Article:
lunes, 15 de julio de 2013

El contrato social y la evolución

Contractual agreement so thoroughly pervades human social behavior, virtually like the air we breathe, that it attracts no special notice—until it goes bad. Yet it deserves focused scientific research for the following reason. All mammals, including humans, form societies based on a conjunction of selfish interests. Unlike the worker castes of ants and other social insects, they resist committing their bodies and services to the common good. Rather, they devote their energies to their own welfare and that of close kin. For mammals, social life is a contrivance to enhance personal survival and reproductive success. As a consequence, societies of nonhuman mammalian species are far less organized than the insect societies. They depend on a combination of dominance hierarchies, rapidly shifting alliances, and blood ties. Human beings have loosened this constraint and improved social organization by extending kinshiplike ties to others through long-term contracts.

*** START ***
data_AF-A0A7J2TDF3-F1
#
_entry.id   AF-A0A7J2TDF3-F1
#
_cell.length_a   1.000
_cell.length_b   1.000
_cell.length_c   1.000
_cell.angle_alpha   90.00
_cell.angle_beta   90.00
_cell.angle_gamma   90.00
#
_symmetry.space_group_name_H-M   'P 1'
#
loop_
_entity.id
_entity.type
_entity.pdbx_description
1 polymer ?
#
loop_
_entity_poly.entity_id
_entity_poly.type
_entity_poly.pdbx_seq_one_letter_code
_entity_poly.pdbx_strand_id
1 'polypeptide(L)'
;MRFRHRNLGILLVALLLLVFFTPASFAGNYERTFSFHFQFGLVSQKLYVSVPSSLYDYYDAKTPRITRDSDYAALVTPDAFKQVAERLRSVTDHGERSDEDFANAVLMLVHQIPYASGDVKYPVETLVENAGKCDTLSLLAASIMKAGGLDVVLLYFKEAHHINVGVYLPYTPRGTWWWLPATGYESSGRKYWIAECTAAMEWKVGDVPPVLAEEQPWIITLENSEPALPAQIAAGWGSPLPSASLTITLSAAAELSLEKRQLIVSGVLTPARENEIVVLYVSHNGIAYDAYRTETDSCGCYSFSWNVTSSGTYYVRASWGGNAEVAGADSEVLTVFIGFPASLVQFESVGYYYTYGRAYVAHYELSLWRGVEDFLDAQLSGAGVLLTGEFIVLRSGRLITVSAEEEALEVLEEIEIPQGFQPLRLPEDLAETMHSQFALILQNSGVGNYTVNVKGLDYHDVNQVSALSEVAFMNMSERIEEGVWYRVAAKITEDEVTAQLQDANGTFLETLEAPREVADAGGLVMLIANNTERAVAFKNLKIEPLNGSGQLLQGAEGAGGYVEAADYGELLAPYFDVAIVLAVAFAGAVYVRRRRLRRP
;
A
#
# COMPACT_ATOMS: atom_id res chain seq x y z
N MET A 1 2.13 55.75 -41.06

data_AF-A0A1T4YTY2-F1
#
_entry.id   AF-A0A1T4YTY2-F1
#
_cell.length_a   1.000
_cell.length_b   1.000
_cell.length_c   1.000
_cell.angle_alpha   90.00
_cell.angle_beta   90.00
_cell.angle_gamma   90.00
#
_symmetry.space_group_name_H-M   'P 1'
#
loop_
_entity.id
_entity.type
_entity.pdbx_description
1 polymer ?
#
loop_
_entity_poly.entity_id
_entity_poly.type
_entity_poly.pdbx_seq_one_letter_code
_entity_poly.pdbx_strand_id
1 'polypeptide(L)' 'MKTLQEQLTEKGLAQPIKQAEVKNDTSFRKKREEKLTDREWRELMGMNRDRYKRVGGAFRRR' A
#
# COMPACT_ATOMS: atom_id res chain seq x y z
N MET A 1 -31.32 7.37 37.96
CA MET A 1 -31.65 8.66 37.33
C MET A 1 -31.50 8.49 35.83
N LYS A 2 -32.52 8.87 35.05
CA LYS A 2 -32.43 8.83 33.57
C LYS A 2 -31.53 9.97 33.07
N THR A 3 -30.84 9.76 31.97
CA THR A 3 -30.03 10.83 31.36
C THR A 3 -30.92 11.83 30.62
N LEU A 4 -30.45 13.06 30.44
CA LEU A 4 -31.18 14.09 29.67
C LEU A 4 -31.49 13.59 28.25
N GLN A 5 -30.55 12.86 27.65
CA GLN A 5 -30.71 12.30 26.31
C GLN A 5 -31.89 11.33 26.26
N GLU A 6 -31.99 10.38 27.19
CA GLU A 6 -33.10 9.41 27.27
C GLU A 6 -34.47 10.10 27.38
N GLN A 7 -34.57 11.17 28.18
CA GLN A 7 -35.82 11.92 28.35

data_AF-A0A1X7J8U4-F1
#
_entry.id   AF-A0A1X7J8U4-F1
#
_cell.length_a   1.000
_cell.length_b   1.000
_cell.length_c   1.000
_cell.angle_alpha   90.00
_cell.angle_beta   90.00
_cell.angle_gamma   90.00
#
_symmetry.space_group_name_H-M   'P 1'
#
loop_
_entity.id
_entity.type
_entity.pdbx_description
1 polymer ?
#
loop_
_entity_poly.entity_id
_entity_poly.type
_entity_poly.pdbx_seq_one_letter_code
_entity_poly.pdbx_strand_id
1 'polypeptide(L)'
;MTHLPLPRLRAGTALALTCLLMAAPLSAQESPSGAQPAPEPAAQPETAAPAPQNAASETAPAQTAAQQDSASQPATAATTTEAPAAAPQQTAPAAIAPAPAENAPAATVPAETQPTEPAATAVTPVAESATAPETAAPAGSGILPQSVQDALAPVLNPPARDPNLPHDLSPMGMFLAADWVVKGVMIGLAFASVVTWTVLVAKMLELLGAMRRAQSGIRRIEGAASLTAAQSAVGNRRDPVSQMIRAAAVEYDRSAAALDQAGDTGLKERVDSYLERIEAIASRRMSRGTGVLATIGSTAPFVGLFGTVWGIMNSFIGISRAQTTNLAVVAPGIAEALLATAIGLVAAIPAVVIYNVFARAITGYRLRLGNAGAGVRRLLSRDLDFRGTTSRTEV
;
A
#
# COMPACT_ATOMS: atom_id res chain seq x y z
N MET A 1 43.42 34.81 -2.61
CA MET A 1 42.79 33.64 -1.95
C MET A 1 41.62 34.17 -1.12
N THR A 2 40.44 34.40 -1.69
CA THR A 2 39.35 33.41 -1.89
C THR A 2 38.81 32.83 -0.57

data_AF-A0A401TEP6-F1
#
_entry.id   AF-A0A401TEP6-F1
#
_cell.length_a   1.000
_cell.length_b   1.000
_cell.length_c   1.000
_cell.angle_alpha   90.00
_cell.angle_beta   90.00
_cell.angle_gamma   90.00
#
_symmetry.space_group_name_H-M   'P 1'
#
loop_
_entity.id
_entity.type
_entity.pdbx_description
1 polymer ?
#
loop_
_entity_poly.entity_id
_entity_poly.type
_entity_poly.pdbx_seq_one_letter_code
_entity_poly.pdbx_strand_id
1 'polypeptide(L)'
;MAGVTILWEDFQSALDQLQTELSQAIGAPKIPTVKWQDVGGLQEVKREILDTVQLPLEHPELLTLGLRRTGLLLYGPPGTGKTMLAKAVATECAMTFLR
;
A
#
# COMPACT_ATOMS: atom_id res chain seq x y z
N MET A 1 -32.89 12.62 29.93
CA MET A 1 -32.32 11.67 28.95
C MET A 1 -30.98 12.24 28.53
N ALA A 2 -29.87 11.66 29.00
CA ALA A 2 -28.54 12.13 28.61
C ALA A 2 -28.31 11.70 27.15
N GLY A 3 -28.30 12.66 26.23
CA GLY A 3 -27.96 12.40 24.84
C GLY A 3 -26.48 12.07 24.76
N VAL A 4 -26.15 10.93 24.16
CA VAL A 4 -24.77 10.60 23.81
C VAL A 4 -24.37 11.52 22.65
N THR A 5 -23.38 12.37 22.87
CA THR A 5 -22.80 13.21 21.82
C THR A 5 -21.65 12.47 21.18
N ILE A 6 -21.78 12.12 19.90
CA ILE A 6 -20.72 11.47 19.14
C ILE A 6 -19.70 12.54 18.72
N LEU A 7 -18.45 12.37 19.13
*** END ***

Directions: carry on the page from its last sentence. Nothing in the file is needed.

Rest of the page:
Contract formation is more than a cultural universal. It is a human trait as characteristic of our species as language and abstract thought, having been constructed from both instinct and high intelligence. Thanks to ground-breaking experiments by the psychologists Leda Cosmides and John Tooby at the University of California at Santa Barbara, we know that contract formation is not simply the product of a single rational faculty that operates equally across all agreements made among bargaining parties. Instead, one capacity, the detection of cheating, is developed to exceptional levels of sharpness and rapid calculation. Cheater detection stands out in acuity from mere error detection and the assessment of altruistic intent on the part of others. It is furthermore triggered as a computation procedure only when the cost and benefits of a social contract are specified. More than error, more than good deeds, and more even than the margin of profit, the possibility of cheating by others attracts attention. It excites emotion and serves as the principal source of hostile gossip and moralistic aggression by which the integrity of the political economy is maintained...
E. O. Wilson, Consilience

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